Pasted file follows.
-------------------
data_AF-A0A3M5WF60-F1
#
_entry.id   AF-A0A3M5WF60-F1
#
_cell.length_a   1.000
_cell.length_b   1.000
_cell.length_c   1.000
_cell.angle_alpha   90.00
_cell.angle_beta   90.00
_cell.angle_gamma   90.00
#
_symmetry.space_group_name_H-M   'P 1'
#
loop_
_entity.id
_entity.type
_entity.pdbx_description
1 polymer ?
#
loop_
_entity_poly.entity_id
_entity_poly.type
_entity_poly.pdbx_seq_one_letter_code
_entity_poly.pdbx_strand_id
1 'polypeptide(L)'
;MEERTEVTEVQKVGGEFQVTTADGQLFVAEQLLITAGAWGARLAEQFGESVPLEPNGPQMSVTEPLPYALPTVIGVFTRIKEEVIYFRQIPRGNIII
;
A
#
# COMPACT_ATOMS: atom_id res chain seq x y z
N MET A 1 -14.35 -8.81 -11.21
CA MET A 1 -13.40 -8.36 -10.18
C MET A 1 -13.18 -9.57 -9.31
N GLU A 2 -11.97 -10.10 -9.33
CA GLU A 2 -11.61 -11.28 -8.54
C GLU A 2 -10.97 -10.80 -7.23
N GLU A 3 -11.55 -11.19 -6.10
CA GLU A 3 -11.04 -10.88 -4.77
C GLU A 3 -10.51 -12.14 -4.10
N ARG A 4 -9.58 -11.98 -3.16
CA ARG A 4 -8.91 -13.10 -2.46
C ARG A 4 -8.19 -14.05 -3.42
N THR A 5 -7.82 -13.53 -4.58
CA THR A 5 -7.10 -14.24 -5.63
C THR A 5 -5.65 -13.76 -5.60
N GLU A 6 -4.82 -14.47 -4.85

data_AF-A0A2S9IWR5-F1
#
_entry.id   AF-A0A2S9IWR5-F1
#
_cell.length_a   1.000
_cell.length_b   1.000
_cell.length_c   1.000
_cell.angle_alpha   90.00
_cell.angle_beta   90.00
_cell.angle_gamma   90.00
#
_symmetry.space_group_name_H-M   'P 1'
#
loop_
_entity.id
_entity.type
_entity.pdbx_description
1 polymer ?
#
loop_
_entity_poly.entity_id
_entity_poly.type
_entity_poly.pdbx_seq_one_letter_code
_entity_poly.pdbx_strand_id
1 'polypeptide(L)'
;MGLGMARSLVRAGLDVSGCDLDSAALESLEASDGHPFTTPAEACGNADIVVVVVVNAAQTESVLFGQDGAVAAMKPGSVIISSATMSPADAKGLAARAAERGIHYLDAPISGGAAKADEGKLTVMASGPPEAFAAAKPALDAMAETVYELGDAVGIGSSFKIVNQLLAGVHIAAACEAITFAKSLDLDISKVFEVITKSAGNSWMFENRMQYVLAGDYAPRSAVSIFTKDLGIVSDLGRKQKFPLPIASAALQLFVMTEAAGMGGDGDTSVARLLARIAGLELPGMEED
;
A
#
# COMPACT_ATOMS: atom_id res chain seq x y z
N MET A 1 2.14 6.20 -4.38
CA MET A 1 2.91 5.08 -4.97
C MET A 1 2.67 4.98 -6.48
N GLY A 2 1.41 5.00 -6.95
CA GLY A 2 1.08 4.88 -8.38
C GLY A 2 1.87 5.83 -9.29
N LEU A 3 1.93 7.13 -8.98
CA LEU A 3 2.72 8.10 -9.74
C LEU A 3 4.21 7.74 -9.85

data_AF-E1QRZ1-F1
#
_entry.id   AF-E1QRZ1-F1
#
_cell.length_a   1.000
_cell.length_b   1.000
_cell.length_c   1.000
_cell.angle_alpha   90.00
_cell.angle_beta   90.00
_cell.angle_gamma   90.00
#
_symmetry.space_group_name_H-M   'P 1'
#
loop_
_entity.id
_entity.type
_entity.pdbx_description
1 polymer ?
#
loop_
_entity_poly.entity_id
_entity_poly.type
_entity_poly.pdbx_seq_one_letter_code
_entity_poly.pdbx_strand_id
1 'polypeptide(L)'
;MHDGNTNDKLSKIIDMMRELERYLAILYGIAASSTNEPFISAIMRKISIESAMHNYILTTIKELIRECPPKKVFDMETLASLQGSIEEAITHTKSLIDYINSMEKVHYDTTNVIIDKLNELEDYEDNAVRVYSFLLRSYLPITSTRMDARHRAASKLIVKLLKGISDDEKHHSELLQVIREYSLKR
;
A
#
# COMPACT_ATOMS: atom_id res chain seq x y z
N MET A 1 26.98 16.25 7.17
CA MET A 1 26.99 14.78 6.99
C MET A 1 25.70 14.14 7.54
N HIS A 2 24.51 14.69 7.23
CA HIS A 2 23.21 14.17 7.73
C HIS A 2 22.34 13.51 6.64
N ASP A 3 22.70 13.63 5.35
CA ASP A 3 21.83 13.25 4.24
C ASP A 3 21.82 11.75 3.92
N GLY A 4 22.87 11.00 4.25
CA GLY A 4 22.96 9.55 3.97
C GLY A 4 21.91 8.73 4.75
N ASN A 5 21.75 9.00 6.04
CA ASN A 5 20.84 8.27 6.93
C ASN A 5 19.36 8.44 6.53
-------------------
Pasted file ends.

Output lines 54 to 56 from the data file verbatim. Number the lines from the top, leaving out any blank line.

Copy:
_cell.angle_alpha   90.00
_cell.angle_beta   90.00
_cell.angle_gamma   90.00